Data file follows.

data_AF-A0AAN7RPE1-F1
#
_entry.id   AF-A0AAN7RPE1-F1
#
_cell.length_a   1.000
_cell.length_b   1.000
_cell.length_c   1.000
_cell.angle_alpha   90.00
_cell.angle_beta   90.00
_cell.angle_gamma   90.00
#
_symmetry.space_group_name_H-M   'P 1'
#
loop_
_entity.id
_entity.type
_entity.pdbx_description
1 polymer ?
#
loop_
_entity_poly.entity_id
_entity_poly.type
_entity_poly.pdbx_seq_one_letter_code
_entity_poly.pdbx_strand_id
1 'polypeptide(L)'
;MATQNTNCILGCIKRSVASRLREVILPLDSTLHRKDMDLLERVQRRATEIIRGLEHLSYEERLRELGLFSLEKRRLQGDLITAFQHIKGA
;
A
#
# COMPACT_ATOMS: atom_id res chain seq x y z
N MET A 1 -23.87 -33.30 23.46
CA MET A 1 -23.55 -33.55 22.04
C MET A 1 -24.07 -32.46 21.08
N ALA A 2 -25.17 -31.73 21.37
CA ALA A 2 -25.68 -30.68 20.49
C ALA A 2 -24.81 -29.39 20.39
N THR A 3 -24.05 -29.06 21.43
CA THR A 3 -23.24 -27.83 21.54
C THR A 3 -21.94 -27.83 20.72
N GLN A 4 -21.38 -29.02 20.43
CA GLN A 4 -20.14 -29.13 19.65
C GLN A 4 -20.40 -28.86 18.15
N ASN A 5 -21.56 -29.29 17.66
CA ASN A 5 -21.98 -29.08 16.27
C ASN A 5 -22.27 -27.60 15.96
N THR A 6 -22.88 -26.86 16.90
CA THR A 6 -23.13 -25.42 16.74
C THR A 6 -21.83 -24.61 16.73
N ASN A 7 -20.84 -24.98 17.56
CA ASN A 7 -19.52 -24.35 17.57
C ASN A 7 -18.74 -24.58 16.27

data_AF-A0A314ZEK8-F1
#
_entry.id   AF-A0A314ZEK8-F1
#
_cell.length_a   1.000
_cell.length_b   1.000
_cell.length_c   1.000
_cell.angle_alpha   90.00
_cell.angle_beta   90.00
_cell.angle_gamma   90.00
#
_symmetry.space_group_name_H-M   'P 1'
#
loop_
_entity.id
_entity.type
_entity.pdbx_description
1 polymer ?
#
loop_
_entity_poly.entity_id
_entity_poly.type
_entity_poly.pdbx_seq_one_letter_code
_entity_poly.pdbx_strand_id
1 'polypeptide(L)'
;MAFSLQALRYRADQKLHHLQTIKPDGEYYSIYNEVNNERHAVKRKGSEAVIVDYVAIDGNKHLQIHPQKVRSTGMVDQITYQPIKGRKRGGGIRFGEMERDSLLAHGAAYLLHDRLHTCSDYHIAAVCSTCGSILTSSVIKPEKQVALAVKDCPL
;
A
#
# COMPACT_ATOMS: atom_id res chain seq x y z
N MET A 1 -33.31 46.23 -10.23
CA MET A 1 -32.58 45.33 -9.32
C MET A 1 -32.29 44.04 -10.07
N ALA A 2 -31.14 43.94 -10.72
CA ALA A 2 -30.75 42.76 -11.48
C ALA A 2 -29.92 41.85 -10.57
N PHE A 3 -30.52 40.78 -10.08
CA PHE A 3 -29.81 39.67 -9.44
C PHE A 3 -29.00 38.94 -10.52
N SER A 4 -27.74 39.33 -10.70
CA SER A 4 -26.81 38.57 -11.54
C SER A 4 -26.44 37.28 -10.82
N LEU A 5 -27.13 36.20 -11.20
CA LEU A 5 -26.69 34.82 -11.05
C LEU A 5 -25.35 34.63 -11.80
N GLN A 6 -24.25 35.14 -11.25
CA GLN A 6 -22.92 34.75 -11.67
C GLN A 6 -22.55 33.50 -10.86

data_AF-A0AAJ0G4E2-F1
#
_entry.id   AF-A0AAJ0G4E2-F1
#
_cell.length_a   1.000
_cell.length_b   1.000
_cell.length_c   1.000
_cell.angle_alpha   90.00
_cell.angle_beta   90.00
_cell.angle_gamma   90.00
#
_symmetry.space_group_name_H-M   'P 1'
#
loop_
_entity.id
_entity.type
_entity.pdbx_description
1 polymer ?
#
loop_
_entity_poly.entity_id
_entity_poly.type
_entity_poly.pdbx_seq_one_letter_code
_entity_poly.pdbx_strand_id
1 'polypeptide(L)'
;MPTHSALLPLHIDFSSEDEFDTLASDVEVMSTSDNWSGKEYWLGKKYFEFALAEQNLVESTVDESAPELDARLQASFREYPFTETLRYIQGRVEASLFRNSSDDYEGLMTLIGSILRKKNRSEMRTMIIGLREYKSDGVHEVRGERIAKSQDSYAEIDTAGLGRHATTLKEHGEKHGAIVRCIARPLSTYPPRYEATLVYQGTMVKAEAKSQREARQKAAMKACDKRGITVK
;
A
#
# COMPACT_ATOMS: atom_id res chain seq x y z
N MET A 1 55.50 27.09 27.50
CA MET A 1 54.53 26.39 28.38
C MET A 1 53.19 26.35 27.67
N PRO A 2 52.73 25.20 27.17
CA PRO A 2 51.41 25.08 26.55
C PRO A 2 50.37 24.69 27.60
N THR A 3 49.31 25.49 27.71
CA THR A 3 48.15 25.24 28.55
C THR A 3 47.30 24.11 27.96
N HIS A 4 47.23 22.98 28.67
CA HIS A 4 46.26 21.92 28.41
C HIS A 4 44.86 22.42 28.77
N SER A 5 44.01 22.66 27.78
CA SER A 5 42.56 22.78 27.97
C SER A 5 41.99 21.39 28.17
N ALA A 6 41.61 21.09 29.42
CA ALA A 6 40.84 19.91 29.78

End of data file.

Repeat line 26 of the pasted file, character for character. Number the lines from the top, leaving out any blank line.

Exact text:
;MATQNTNCILGCIKRSVASRLREVILPLDSTLHRKDMDLLERVQRRATEIIRGLEHLSYEERLRELGLFSLEKRRLQGDLITAFQHIKGA